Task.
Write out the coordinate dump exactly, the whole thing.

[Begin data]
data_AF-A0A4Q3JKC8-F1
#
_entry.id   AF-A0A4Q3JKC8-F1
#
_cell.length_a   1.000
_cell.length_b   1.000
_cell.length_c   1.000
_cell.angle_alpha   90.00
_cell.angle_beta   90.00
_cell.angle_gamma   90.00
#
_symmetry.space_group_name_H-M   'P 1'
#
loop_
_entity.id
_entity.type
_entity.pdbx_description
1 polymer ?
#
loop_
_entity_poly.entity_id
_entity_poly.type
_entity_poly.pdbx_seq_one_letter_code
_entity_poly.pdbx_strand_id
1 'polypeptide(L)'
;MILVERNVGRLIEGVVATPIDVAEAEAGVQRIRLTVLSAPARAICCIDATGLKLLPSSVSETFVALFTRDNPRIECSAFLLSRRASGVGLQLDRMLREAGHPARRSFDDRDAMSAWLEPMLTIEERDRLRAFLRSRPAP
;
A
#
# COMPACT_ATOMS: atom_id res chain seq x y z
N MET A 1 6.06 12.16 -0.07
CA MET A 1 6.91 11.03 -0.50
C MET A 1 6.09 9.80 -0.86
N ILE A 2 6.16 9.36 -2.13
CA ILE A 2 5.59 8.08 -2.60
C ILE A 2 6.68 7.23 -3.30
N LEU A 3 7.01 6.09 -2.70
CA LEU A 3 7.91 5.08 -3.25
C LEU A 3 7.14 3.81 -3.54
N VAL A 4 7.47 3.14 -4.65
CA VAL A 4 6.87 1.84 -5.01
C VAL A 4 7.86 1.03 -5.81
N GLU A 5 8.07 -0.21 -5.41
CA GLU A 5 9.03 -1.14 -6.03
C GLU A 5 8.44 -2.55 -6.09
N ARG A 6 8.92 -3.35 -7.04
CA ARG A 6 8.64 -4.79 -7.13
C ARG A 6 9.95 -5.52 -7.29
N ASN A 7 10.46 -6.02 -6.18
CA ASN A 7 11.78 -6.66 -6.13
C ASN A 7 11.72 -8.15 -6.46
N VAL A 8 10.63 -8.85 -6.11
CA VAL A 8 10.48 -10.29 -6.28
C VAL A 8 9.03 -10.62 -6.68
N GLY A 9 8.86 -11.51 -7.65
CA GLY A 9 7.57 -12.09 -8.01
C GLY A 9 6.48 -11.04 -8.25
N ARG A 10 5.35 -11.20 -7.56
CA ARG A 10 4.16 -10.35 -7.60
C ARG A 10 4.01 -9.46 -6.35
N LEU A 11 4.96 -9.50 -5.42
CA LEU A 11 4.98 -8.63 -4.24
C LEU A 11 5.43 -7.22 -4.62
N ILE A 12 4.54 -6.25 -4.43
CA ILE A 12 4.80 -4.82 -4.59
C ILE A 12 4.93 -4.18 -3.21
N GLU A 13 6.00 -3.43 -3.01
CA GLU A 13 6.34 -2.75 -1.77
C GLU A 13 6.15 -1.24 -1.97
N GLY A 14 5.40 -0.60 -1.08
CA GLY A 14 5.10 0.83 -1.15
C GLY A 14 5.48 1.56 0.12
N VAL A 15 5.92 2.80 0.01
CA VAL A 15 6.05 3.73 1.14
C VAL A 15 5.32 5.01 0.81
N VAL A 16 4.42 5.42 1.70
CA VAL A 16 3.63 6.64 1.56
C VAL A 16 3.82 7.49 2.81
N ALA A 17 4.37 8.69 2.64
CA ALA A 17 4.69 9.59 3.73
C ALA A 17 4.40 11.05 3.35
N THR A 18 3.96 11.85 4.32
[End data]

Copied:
data_AF-A0A4Q3JKC8-F1
#
_entry.id   AF-A0A4Q3JKC8-F1
#
_cell.length_a   1.000
_cell.length_b   1.000
_cell.length_c   1.000
_cell.angle_alpha   90.00
_cell.angle_beta   90.00
_cell.angle_gamma   90.00
#
_symmetry.space_group_name_H-M   'P 1'
#
loop_
_entity.id
_entity.type
_entity.pdbx_description
1 polymer ?
#
loop_
_entity_poly.entity_id
_entity_poly.type
_entity_poly.pdbx_seq_one_letter_code
_entity_poly.pdbx_strand_id
1 'polypeptide(L)'
;MILVERNVGRLIEGVVATPIDVAEAEAGVQRIRLTVLSAPARAICCIDATGLKLLPSSVSETFVALFTRDNPRIECSAFLLSRRASGVGLQLDRMLREAGHPARRSFDDRDAMSAWLEPMLTIEERDRLRAFLRSRPAP
;
A
#
# COMPACT_ATOMS: atom_id res chain seq x y z
N MET A 1 6.06 12.16 -0.07
CA MET A 1 6.91 11.03 -0.50
C MET A 1 6.09 9.80 -0.86
N ILE A 2 6.16 9.36 -2.13
CA ILE A 2 5.59 8.08 -2.60
C ILE A 2 6.68 7.23 -3.30
N LEU A 3 7.01 6.09 -2.70
CA LEU A 3 7.91 5.08 -3.25
C LEU A 3 7.14 3.81 -3.54
N VAL A 4 7.47 3.14 -4.65
CA VAL A 4 6.87 1.84 -5.01
C VAL A 4 7.86 1.03 -5.81
N GLU A 5 8.07 -0.21 -5.41
CA GLU A 5 9.03 -1.14 -6.03
C GLU A 5 8.44 -2.55 -6.09
N ARG A 6 8.92 -3.35 -7.04
CA ARG A 6 8.64 -4.79 -7.13
C ARG A 6 9.95 -5.52 -7.29
N ASN A 7 10.46 -6.02 -6.18
CA ASN A 7 11.78 -6.66 -6.13
C ASN A 7 11.72 -8.15 -6.46
N VAL A 8 10.63 -8.85 -6.11
CA VAL A 8 10.48 -10.29 -6.28
C VAL A 8 9.03 -10.62 -6.68
N GLY A 9 8.86 -11.51 -7.65
CA GLY A 9 7.57 -12.09 -8.01
C GLY A 9 6.48 -11.04 -8.25
N ARG A 10 5.35 -11.20 -7.56
CA ARG A 10 4.16 -10.35 -7.60
C ARG A 10 4.01 -9.46 -6.35
N LEU A 11 4.96 -9.50 -5.42
CA LEU A 11 4.98 -8.63 -4.24
C LEU A 11 5.43 -7.22 -4.62
N ILE A 12 4.54 -6.25 -4.43
CA ILE A 12 4.80 -4.82 -4.59
C ILE A 12 4.93 -4.18 -3.21
N GLU A 13 6.00 -3.43 -3.01
CA GLU A 13 6.34 -2.75 -1.77
C GLU A 13 6.15 -1.24 -1.97
N GLY A 14 5.40 -0.60 -1.08
CA GLY A 14 5.10 0.83 -1.15
C GLY A 14 5.48 1.56 0.12
N VAL A 15 5.92 2.80 0.01
CA VAL A 15 6.05 3.73 1.14
C VAL A 15 5.32 5.01 0.81
N VAL A 16 4.42 5.42 1.70
CA VAL A 16 3.63 6.64 1.56
C VAL A 16 3.82 7.49 2.81
N ALA A 17 4.37 8.69 2.64
CA ALA A 17 4.69 9.59 3.73
C ALA A 17 4.40 11.05 3.35
N THR A 18 3.96 11.85 4.32